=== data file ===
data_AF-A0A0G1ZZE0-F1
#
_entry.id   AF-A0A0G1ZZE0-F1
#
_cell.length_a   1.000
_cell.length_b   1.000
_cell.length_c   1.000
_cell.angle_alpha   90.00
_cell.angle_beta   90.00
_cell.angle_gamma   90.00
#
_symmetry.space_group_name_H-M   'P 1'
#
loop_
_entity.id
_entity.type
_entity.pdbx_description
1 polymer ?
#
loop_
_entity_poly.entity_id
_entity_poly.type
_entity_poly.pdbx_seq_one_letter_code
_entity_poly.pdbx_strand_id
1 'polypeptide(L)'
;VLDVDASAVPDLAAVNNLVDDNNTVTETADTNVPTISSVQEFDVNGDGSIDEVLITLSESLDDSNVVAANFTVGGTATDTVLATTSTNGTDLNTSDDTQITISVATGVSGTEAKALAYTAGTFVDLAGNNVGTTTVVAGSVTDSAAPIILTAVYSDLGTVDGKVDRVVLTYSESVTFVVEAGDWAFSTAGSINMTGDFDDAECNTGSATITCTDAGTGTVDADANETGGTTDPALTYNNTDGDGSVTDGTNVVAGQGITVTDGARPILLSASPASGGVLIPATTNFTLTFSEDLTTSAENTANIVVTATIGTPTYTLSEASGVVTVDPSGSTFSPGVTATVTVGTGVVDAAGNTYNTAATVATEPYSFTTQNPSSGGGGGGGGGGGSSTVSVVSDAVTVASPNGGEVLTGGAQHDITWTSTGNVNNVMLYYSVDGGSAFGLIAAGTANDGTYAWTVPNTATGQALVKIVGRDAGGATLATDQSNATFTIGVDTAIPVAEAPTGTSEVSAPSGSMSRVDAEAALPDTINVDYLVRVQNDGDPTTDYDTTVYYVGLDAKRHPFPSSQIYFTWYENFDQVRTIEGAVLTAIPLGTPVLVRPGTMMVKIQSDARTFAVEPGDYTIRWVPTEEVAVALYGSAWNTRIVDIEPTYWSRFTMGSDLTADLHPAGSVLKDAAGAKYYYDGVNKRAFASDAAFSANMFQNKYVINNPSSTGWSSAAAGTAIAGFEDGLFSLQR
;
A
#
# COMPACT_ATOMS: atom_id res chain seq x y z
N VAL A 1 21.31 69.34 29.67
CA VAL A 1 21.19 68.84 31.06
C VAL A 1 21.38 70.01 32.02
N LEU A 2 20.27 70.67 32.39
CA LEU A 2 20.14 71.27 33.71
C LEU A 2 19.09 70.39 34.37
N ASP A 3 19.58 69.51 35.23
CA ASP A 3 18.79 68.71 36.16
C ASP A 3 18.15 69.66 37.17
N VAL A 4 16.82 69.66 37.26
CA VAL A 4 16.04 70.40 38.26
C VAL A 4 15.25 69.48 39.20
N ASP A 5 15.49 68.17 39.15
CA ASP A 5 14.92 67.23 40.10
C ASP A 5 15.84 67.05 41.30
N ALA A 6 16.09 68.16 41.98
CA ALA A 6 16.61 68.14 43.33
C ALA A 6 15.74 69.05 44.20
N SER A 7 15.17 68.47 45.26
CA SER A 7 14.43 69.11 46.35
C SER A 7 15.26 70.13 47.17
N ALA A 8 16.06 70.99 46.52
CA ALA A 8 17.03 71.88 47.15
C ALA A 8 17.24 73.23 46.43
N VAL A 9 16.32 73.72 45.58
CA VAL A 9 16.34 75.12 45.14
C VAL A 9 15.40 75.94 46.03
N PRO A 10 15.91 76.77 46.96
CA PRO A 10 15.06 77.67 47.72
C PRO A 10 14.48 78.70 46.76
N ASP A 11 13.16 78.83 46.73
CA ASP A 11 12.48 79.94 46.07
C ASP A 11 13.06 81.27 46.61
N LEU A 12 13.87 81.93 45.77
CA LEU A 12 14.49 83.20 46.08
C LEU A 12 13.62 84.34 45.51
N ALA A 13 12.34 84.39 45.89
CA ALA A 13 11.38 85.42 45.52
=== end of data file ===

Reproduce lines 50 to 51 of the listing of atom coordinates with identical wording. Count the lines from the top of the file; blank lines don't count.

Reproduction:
CA SER A 7 14.43 69.11 46.35
C SER A 7 15.26 70.13 47.17